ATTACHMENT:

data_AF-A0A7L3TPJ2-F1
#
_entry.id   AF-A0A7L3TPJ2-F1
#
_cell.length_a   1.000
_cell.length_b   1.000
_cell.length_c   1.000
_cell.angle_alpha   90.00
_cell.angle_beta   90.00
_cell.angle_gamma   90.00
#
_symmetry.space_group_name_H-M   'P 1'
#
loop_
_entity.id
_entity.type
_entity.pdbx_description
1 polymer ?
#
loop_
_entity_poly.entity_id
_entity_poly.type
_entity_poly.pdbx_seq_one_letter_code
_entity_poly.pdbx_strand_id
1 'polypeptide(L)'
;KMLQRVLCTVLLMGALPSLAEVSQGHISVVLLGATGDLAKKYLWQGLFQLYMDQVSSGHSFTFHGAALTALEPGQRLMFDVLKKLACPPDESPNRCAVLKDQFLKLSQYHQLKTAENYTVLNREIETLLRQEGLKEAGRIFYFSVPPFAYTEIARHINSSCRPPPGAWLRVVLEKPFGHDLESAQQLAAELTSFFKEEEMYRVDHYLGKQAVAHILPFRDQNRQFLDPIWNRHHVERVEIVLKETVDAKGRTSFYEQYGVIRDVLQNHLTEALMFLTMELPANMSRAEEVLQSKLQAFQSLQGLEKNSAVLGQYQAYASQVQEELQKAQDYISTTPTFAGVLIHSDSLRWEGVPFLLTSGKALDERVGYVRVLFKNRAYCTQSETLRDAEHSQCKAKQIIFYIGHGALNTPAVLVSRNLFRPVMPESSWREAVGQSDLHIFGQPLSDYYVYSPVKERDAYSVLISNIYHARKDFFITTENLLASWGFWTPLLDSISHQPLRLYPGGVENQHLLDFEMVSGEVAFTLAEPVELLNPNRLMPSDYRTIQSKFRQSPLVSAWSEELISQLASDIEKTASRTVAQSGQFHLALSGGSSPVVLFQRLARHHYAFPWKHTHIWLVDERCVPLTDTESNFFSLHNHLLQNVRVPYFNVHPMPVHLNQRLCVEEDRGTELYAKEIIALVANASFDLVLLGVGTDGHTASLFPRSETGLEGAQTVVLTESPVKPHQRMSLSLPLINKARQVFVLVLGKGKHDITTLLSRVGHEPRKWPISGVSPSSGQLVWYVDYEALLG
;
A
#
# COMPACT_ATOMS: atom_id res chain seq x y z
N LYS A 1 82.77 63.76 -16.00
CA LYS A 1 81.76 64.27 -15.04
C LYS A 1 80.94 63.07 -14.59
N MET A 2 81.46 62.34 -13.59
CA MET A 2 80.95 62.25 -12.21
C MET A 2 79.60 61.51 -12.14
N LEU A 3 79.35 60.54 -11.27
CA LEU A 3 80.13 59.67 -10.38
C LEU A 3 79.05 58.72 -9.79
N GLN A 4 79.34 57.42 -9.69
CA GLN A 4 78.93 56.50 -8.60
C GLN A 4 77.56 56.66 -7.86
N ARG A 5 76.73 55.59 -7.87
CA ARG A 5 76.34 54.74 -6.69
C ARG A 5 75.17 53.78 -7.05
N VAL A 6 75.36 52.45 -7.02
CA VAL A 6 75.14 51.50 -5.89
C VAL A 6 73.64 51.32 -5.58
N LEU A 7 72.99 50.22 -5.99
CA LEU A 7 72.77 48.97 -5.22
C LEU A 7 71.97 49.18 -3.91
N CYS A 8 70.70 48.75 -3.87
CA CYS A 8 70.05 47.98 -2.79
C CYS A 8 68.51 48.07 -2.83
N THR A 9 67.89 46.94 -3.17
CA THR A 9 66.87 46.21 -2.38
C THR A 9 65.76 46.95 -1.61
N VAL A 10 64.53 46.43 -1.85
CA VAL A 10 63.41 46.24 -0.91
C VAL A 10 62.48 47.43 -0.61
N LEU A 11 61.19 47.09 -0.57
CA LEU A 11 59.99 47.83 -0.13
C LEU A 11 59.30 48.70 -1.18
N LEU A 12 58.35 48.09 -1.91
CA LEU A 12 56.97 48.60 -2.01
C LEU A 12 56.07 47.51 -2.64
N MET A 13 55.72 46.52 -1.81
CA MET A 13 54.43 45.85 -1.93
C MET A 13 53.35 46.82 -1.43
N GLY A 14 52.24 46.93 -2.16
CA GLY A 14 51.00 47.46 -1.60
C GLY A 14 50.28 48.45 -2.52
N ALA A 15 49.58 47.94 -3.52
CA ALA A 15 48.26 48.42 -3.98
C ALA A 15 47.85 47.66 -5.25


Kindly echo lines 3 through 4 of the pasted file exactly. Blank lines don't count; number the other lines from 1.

_entry.id   AF-A0A7L3TPJ2-F1
#